For the first half of 2011, crime was down across the United States. Murder was down about 5.7 percent, robbery was down about 7.7 percent, rape was down 5.1 percent and aggravated assault was down about 5.9 percent, according to the FBI. This is certainly good news. However, in New York City, there was a slight increase in crime. The number of major felonies rose to 6.88 per day in 2011, according to police reports. This is an increase from 5.85 in 2010.

In the first six months of the year, the FBI reported there were 23,822 violent crimes reported throughout the five boroughs. Last year at the same time, there were 23,152 violent crimes reported. There was also a dramatic increase in reported rape. FBI statistics reported that 459 were reported in the first six months of 2010 while 548 were reported of 2011.

NYPD data shows that 1,395 grand larcenies occurred on the subways from January to November 2011. This represents a 23.9 percent increase from all 2010, which reported 1,126 grand larcenies.

However, with less than two weeks left, reports indicate that there were 490 homicdes in New York through Dec. 18 compared to 519 last year at the same time. Shootings also appear slightly up. Through Dec. 18, there have been 1,465 shootings in New York compared to 1,425 this time last year. Victims of the shooting incidents also rose from 1,720 to 1,769.

2011 also became the year of the pickpockter and cellphone thief. Across the five boroughs, New York saw an increase in electronic devices on the subways. NYPD Transit Bureau Chief Joseph Fox said that high priced electronic devices fueled the increase in crime, according to Metro.

In first ten months of 2011, there have been approximately 16,000 robberies throughout the five boroughs. Half of these thefts have involved the latest must-have technology according to a new study by the NYPD, reported the Daily News.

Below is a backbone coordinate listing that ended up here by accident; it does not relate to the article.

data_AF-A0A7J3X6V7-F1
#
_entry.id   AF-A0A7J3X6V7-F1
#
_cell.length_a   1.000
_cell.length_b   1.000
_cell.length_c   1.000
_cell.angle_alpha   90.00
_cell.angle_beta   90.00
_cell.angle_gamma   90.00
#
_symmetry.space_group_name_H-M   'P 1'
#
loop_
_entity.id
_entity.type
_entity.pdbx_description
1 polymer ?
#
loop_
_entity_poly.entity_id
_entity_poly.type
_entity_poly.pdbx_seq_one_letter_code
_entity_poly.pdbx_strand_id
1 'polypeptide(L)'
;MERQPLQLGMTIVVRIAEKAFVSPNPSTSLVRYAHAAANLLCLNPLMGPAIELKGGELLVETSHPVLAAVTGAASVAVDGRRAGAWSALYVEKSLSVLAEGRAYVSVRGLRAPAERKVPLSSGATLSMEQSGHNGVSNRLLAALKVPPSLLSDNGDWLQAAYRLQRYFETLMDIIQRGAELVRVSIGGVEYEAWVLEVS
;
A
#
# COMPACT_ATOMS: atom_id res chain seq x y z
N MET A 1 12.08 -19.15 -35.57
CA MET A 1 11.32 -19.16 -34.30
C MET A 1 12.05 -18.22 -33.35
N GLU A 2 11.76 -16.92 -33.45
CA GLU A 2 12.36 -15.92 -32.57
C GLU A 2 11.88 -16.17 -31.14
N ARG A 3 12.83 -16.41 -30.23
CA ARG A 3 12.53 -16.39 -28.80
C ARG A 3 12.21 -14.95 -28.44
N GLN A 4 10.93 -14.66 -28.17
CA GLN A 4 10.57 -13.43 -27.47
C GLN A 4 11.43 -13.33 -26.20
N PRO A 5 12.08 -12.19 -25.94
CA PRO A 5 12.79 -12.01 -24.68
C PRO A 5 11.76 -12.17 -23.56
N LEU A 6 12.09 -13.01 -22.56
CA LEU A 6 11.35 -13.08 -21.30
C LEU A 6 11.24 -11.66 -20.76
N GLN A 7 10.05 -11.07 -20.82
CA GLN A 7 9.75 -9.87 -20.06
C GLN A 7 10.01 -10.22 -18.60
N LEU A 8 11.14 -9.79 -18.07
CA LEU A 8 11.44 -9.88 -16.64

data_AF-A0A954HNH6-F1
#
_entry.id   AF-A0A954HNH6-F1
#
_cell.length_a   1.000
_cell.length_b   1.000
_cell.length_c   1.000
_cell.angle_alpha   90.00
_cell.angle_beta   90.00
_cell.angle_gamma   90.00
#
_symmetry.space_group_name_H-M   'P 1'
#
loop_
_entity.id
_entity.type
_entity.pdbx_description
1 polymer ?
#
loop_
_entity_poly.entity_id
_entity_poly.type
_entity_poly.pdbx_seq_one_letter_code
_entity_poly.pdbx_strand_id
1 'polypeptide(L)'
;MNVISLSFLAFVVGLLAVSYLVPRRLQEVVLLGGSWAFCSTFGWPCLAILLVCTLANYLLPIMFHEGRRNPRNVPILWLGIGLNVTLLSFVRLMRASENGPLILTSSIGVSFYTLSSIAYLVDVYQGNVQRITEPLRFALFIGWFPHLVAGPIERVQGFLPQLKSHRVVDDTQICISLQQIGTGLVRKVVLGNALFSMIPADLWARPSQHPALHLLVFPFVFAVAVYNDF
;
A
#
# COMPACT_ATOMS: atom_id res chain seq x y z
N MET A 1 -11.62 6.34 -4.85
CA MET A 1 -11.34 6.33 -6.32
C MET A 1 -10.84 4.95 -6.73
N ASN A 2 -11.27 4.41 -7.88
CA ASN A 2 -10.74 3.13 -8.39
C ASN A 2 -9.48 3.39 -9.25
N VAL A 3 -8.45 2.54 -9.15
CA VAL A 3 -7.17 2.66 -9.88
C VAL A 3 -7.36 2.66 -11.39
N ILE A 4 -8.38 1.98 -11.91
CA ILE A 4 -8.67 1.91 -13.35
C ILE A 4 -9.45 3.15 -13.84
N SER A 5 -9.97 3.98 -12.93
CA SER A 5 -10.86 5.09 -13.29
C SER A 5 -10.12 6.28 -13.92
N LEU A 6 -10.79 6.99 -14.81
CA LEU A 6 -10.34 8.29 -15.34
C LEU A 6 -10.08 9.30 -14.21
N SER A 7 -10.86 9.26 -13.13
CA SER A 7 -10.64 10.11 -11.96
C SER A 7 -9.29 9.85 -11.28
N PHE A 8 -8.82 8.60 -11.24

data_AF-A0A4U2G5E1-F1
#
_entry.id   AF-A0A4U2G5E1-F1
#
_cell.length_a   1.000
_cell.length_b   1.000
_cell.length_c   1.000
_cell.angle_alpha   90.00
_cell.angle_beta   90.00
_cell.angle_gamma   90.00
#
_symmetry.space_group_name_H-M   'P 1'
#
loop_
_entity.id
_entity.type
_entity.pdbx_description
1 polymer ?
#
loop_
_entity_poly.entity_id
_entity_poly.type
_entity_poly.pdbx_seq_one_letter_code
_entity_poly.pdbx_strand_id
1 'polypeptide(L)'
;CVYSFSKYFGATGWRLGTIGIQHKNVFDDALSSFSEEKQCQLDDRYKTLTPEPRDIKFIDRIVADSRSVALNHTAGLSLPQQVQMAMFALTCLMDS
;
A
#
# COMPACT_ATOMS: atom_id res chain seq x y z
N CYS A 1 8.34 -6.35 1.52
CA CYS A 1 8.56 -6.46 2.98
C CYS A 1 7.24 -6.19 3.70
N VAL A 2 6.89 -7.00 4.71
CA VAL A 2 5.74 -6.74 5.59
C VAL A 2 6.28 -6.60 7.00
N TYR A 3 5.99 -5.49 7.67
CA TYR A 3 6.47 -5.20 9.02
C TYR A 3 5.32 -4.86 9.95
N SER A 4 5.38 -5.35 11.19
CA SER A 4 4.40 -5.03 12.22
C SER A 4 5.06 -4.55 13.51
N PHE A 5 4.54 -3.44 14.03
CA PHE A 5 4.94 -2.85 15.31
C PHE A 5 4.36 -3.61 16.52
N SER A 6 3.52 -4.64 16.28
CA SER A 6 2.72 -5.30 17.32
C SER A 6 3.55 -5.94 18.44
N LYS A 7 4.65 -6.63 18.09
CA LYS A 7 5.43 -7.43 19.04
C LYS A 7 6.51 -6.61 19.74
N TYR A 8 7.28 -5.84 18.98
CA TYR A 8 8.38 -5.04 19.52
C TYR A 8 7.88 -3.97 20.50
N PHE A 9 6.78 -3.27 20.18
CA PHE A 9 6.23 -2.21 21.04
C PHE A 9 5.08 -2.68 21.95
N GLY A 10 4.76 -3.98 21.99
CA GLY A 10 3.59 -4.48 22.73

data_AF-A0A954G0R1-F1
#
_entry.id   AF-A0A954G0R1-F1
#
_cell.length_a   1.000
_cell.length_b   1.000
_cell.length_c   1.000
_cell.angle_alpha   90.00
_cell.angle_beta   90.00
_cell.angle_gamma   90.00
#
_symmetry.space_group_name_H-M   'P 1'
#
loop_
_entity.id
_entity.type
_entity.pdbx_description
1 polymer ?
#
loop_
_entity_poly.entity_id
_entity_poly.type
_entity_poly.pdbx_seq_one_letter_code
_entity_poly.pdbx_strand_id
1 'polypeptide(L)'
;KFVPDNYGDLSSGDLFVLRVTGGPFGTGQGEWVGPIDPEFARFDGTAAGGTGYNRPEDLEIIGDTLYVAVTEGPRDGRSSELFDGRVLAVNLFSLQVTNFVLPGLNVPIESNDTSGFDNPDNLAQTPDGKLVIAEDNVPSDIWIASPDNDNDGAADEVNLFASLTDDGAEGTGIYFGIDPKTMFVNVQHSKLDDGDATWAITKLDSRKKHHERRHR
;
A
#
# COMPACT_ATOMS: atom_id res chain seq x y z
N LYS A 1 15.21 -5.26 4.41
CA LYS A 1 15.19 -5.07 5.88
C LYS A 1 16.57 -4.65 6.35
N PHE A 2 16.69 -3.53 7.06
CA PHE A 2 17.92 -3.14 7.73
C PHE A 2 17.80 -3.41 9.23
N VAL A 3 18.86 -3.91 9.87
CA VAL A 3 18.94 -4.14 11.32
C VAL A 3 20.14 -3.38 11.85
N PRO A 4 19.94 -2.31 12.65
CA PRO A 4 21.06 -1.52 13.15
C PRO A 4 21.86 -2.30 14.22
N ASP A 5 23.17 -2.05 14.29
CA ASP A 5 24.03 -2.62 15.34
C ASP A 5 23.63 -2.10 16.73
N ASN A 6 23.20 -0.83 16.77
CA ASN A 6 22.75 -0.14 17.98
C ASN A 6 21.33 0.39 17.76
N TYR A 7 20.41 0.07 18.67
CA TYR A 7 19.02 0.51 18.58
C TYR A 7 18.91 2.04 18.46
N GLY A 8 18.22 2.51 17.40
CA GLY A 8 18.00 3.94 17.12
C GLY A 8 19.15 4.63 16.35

This makes electronics the single most stolen property type, surpassing even hard currency, says the report.

iPhones were apparently the most sought after item for robbers, which accounted for over 70 percent of all stolen cell phones on subways and city buses. Laptops, tablets and mp3 players were also some other popular items for pickpockets and thieves, which accounted for about half of the burglaries and 35 percent of grand larcenies.

The NYPD plans to conduct sting operations in order to curtail the thefts. They will have police officers pose as thieves looking to sell stolen electronics to bodegas and delis, reported the Daily News. The report also mentioned a public awareness campaign that hopes to remind straphangers to hold onto their belongings and protect their personal items, as previously reported by IBTimes.

It's a sound strategy designed to suppress larcenies on several fronts simultaneously, Commissioner Ray Kelly said of the report, according to the Daily News.

Of course, the carriers could brick stolen phones, making them useless and of no value on the black market--but the don't. That's been done in Australia for a decade.

Every crime in this city is particularly shocking to the victim. However, Crimes of New York chose six of the most memorable and shocking crimes to round the year in review.